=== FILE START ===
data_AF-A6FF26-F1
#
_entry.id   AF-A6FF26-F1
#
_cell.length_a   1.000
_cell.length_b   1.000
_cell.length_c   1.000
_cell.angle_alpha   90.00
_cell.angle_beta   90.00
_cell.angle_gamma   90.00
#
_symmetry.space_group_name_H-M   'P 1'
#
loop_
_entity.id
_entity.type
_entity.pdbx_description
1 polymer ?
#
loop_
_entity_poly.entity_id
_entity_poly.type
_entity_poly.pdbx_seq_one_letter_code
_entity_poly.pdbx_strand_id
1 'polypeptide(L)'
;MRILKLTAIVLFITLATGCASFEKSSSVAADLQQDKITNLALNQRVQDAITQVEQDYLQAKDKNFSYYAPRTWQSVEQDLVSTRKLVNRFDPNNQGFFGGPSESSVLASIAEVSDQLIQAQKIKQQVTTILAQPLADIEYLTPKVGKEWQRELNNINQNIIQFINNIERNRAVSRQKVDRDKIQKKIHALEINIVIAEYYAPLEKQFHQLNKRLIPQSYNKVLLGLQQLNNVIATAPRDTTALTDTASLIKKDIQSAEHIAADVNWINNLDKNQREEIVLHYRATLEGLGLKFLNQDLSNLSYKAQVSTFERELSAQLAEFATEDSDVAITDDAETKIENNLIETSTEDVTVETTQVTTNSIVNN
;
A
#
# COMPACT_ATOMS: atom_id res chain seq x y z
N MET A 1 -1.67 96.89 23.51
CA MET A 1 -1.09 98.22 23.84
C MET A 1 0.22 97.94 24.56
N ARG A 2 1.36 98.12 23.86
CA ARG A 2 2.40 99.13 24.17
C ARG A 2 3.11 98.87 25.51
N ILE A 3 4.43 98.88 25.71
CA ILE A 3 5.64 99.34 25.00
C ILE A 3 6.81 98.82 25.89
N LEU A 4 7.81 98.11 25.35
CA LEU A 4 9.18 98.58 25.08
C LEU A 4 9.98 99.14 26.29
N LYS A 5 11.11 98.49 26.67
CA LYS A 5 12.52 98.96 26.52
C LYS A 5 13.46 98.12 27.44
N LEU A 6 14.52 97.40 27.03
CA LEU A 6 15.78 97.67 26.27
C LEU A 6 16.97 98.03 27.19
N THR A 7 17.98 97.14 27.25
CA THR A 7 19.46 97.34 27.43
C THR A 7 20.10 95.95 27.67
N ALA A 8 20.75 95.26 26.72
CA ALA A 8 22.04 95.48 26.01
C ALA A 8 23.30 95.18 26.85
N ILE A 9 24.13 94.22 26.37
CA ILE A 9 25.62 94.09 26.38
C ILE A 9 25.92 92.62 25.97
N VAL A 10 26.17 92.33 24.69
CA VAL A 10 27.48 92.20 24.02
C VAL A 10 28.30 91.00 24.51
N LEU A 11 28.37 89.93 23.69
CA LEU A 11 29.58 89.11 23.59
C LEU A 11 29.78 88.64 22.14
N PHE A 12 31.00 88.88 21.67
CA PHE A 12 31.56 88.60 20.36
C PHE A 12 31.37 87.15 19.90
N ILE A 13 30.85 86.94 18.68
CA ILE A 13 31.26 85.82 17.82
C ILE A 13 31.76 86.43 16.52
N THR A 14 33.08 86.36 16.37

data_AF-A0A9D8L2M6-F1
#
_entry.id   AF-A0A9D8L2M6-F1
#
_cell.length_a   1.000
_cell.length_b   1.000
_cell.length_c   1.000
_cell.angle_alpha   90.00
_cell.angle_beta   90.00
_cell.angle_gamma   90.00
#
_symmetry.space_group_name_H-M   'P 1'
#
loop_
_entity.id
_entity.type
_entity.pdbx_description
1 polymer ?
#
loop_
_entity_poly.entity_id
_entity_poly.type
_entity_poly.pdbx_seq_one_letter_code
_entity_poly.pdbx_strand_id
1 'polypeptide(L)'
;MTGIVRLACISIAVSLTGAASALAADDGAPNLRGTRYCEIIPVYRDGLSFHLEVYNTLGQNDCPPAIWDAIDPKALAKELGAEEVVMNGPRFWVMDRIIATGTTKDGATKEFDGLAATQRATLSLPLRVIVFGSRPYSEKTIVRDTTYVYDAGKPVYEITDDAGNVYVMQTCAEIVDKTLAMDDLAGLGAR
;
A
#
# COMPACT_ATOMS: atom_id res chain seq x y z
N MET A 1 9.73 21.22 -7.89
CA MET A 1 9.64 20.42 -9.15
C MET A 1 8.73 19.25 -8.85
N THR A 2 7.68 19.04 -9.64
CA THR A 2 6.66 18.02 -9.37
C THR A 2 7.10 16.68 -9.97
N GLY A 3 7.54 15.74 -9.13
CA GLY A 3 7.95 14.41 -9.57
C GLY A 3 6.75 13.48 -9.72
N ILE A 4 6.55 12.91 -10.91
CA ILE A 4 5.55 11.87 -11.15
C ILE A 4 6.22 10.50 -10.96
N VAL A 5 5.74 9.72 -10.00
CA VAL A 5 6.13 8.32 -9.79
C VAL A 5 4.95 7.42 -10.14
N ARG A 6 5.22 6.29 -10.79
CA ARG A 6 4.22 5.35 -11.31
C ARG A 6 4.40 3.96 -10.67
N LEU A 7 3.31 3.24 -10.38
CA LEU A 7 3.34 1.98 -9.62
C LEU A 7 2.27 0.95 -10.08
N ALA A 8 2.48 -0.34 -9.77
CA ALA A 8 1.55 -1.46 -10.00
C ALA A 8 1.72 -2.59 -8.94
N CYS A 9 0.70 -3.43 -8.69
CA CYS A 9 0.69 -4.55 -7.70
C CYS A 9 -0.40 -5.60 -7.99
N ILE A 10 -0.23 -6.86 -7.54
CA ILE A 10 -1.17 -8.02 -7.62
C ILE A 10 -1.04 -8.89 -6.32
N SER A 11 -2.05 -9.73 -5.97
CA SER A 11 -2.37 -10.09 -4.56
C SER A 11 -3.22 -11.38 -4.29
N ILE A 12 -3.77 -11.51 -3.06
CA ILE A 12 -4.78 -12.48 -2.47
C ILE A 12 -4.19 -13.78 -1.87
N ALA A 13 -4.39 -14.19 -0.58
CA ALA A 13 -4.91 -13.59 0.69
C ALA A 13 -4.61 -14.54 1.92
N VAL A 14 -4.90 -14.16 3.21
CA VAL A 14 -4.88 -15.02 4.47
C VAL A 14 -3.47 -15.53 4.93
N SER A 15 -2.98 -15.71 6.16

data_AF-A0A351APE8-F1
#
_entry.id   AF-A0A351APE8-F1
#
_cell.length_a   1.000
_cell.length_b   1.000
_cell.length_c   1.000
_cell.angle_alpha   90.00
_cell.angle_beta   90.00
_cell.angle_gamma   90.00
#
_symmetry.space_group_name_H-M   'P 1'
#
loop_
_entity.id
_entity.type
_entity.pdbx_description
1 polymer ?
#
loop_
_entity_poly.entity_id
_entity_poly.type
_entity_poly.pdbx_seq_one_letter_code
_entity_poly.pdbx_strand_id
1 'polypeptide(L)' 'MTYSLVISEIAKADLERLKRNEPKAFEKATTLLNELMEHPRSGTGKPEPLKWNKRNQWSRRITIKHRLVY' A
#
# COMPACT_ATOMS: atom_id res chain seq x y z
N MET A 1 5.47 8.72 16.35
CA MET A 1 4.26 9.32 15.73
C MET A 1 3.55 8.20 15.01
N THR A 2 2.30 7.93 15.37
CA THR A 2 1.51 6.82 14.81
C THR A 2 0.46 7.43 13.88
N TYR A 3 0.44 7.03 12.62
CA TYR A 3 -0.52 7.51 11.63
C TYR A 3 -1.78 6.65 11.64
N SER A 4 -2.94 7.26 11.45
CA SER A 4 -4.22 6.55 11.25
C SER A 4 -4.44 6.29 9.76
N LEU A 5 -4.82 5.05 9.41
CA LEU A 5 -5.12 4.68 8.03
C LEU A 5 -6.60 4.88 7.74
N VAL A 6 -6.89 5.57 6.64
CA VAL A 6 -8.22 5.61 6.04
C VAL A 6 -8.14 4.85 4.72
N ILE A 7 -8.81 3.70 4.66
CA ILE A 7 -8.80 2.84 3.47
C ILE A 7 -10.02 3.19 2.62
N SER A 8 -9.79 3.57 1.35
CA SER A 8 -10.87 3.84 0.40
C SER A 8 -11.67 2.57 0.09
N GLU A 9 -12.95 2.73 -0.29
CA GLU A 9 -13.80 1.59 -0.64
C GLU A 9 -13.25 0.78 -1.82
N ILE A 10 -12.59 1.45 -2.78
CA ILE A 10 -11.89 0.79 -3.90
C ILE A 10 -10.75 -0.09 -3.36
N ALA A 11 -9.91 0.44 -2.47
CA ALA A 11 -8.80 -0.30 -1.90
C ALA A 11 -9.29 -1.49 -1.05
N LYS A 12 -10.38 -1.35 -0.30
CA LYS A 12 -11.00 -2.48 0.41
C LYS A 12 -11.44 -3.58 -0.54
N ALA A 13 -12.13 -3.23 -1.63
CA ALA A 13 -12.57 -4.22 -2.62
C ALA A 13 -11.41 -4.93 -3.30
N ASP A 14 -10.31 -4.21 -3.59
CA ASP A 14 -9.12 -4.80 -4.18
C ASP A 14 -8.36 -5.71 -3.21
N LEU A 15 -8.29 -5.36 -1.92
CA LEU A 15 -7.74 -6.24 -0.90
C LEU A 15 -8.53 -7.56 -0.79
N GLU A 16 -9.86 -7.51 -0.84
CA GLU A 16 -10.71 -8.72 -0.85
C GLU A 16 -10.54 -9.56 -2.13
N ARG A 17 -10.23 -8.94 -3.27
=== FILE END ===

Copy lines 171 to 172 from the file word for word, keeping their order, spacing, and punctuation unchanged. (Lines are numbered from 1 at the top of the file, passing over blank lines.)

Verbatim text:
N MET A 1 5.47 8.72 16.35
CA MET A 1 4.26 9.32 15.73